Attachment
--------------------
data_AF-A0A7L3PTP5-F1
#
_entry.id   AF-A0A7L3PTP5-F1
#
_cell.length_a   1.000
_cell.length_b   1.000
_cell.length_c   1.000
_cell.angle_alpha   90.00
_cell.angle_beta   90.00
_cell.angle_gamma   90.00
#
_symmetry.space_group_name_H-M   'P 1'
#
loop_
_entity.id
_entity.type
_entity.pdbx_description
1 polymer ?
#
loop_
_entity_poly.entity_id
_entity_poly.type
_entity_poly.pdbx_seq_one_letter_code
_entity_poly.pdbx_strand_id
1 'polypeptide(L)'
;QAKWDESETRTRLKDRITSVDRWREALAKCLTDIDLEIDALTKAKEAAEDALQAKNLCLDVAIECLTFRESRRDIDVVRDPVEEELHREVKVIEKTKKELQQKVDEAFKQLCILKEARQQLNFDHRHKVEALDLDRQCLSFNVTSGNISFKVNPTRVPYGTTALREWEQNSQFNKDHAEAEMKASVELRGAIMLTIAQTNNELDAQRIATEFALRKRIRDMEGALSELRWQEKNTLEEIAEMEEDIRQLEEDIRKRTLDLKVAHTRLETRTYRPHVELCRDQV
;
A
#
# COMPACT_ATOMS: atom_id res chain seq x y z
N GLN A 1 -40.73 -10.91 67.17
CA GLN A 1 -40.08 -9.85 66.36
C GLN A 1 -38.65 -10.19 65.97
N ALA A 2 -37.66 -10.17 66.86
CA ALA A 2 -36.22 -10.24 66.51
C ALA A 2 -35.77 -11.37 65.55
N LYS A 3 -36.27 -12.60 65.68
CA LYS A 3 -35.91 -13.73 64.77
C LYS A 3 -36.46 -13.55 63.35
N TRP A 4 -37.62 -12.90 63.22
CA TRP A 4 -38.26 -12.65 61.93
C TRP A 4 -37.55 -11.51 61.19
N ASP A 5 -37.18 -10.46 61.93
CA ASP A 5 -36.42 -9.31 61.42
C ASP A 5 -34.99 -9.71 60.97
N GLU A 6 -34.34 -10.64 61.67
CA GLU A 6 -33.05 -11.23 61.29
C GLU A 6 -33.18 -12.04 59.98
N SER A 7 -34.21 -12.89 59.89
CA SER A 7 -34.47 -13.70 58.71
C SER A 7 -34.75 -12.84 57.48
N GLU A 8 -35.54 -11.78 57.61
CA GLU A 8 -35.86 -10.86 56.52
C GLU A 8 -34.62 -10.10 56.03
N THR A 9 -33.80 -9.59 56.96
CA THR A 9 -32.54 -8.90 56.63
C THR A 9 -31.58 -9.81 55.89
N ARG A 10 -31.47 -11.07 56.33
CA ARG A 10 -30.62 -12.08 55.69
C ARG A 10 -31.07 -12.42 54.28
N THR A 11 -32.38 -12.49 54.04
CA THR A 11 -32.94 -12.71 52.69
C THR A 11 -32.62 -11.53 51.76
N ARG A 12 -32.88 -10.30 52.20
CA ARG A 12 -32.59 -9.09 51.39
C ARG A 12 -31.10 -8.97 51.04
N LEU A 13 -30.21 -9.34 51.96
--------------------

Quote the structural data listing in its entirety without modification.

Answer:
data_AF-A0A7L3PTP5-F1
#
_entry.id   AF-A0A7L3PTP5-F1
#
_cell.length_a   1.000
_cell.length_b   1.000
_cell.length_c   1.000
_cell.angle_alpha   90.00
_cell.angle_beta   90.00
_cell.angle_gamma   90.00
#
_symmetry.space_group_name_H-M   'P 1'
#
loop_
_entity.id
_entity.type
_entity.pdbx_description
1 polymer ?
#
loop_
_entity_poly.entity_id
_entity_poly.type
_entity_poly.pdbx_seq_one_letter_code
_entity_poly.pdbx_strand_id
1 'polypeptide(L)'
;QAKWDESETRTRLKDRITSVDRWREALAKCLTDIDLEIDALTKAKEAAEDALQAKNLCLDVAIECLTFRESRRDIDVVRDPVEEELHREVKVIEKTKKELQQKVDEAFKQLCILKEARQQLNFDHRHKVEALDLDRQCLSFNVTSGNISFKVNPTRVPYGTTALREWEQNSQFNKDHAEAEMKASVELRGAIMLTIAQTNNELDAQRIATEFALRKRIRDMEGALSELRWQEKNTLEEIAEMEEDIRQLEEDIRKRTLDLKVAHTRLETRTYRPHVELCRDQV
;
A
#
# COMPACT_ATOMS: atom_id res chain seq x y z
N GLN A 1 -40.73 -10.91 67.17
CA GLN A 1 -40.08 -9.85 66.36
C GLN A 1 -38.65 -10.19 65.97
N ALA A 2 -37.66 -10.17 66.86
CA ALA A 2 -36.22 -10.24 66.51
C ALA A 2 -35.77 -11.37 65.55
N LYS A 3 -36.27 -12.60 65.68
CA LYS A 3 -35.91 -13.73 64.77
C LYS A 3 -36.46 -13.55 63.35
N TRP A 4 -37.62 -12.90 63.22
CA TRP A 4 -38.26 -12.65 61.93
C TRP A 4 -37.55 -11.51 61.19
N ASP A 5 -37.18 -10.46 61.93
CA ASP A 5 -36.42 -9.31 61.42
C ASP A 5 -34.99 -9.71 60.97
N GLU A 6 -34.34 -10.64 61.67
CA GLU A 6 -33.05 -11.23 61.29
C GLU A 6 -33.18 -12.04 59.98
N SER A 7 -34.21 -12.89 59.89
CA SER A 7 -34.47 -13.70 58.71
C SER A 7 -34.75 -12.84 57.48
N GLU A 8 -35.54 -11.78 57.61
CA GLU A 8 -35.86 -10.86 56.52
C GLU A 8 -34.62 -10.10 56.03
N THR A 9 -33.80 -9.59 56.96
CA THR A 9 -32.54 -8.90 56.63
C THR A 9 -31.58 -9.81 55.89
N ARG A 10 -31.47 -11.07 56.33
CA ARG A 10 -30.62 -12.08 55.69
C ARG A 10 -31.07 -12.42 54.28
N THR A 11 -32.38 -12.49 54.04
CA THR A 11 -32.94 -12.71 52.69
C THR A 11 -32.62 -11.53 51.76
N ARG A 12 -32.88 -10.30 52.20
CA ARG A 12 -32.59 -9.09 51.39
C ARG A 12 -31.10 -8.97 51.04
N LEU A 13 -30.21 -9.34 51.96